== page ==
Editor’s Note: PRI recently sat down with David Wilson, president of Toyota Racing Development, to discuss several topics for our March 2017 Industry Insights column. What follows is previously unpublished content from that interview, conducted by PRI columnist Dave Argabright. For the complete Industry Insights column in PRI Magazine’s March 2017 issue, please click here.
PRI: The concept of an Asian automotive company in NASCAR was the subject of considerable discussion [two decades ago]. Were there cultural elements to overcome? And do you sense that the culture has changed in 2017?
Wilson: That’s a great question. Certainly one of the first things we did before we ever turned a wheel was spending a lot of time talking to the fans. We quickly understood that our participation was hugely polarizing, and a lot of fans didn’t like it. They viewed us as an import company. They were either threatened or had this nationalistic view, and we were not part of that view.
But they had tremendous passion and loyalty for NASCAR, and we used that to shape our entry. We asked the question, “How do you like Toyota coming into NASCAR?” The answer was often negative. Then we asked the next question, “What if Jeff Gordon was racing a Toyota in NASCAR?” Suddenly that answer was different. “Well, hang on, if Jeff is racing a Toyota then maybe that’s OK.”
That was the “a-ha” moment—the power and influence of the driver. It is about the driver. So again, we used that to shape our entry. It’s about building partnerships. Michael Waltrip was very influential, and he and his team have been great partners and representatives to talk to the fans about who we are.
Long story short, that has turned the polarizing point of view around, and today we’re just one of the guys. We got very little pushback on this issue when we won our first Cup championship, because I don’t think fans view us as an outsider any longer. People have not only accepted us, but they respect the way that we have participated. That makes the sport stronger because Toyota is a part of it. That feels really good, on a professional and a personal level.
PRI: The current environment in American stock car racing is one of very tightly controlled specs. Is it more difficult to carve out an advantage, a brand identity, in this environment?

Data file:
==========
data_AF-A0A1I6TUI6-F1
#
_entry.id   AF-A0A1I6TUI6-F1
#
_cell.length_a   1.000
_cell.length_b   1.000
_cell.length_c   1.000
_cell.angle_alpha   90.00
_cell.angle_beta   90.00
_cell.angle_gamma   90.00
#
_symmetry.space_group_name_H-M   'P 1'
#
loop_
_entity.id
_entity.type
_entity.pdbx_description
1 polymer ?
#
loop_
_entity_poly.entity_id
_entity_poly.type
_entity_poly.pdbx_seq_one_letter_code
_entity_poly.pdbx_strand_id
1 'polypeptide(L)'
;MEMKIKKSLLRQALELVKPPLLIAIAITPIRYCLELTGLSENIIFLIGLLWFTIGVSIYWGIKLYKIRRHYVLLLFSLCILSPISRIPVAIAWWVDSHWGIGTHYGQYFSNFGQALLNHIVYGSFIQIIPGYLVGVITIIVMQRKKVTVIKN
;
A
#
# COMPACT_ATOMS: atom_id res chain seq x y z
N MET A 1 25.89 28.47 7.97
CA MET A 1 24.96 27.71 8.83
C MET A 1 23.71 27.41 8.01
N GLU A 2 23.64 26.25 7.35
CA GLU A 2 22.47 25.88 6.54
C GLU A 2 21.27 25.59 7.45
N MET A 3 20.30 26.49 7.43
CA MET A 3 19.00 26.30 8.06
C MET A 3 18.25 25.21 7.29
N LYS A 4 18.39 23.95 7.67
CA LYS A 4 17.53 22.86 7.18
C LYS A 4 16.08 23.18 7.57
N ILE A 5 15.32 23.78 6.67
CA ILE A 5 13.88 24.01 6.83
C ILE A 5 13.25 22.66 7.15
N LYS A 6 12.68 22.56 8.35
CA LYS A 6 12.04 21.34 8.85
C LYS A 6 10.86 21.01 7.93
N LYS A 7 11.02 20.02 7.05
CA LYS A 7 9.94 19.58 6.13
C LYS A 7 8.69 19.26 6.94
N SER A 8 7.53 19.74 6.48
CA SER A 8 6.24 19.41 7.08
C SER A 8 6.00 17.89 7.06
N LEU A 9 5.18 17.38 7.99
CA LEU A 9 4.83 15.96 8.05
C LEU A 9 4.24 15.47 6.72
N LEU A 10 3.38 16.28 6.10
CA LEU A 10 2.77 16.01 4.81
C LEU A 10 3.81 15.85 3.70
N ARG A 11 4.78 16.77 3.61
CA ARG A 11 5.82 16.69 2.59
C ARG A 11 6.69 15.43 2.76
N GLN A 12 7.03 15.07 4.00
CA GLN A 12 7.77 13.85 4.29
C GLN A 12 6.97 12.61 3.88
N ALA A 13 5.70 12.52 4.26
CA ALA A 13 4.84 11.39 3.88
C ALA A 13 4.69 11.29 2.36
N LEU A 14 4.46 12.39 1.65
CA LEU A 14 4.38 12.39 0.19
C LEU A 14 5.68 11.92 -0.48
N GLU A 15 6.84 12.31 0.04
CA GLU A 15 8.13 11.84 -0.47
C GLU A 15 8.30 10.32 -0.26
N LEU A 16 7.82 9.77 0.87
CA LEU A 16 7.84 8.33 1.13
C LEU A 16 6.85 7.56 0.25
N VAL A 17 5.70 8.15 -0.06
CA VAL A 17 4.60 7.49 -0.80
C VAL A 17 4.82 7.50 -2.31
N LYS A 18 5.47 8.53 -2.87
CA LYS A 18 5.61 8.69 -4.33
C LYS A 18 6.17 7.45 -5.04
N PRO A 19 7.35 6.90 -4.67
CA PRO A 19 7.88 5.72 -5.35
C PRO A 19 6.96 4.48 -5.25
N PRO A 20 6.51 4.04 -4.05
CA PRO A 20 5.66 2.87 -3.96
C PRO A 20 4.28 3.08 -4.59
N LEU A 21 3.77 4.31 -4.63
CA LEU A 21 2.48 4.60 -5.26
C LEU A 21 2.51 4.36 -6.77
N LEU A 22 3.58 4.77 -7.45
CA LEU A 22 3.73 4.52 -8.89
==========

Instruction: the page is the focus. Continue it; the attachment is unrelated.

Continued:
Wilson: The identity is actually not a problem, because with the Gen 6 philosophy we can build that identity into our race cars. We came out of Detroit recently with one of the biggest production vehicle launches in our history with the 2018 Camry. In conjunction, we launched our NASCAR Camry. As you look at them side by side you can appreciate that this really is a Camry, through and through.
The technical side of it is definitely a challenge, however. On one hand NASCAR needs to tightly control that spec and the rulebook; they have to protect us from ourselves.
Given too big a box to work from, we’re going to spend a tremendous amount of resources to beat each other. But as the technical elements tighten it becomes a bigger challenge to secure an advantage over the competition. That’s what makes it fun. You have to be extremely creative, and you cannot stop.
One of the charming but frustrating aspects of the sport is that you’re parked 36 inches away from your competitors, every weekend. People have eyes. You know that any advantage you discover is going to be short lived. Engineering is the same for everybody—we all deal with the limits of physics. Our competition is very smart and tough as well. It’s difficult and rewarding, but we don’t want this to be a spec form of racing.
Part of our culture at TRD is getting our hands dirty—we want to participate and exercise our intellect to try and win. If we’re racing the same engine and chassis as everyone else, we’re not able to do that.
PRI: One of the most famous adages in motorsports is, “Win on Sunday, sell on Monday.” Is that observation still valid in 2017?
Wilson: It is absolutely valid. However, it’s valid provided that consumers know that you won on Sunday. One of things that doesn’t get discussed much is how well our partners and colleagues on the motorsports marketing side have leveraged our success on the race track. It’s not enough just to win—you have to use that to promote your brand, to promote Camry; we have done a good job of that.
The next question is how do you measure your return on investment, and while there is no definitive answer, you try to measure what you can.
Early on we did extensive surveys among NASCAR fans, things like would they consider purchasing a Toyota, what are their thoughts, etc. When you and your family are ready to buy your next car or truck or SUV, is Toyota in consideration? That is the key—moving people to consider your product. The dealer will always say, “Listen, all we hope is you get them across the threshold; from that point it’s on us.”
What we’ve learned is that our purchase consideration is greatly enhanced since we moved into the sport. In the early 2000s, in comparison to purchase consideration with Ford and Chevrolet, we weren’t even close. Our purchase consideration among NASCAR fans was very low, much lower than our competition. But we know definitely that our purchase consideration has turned around in a positive direction, and that’s the ultimate validation that this is where we belong.
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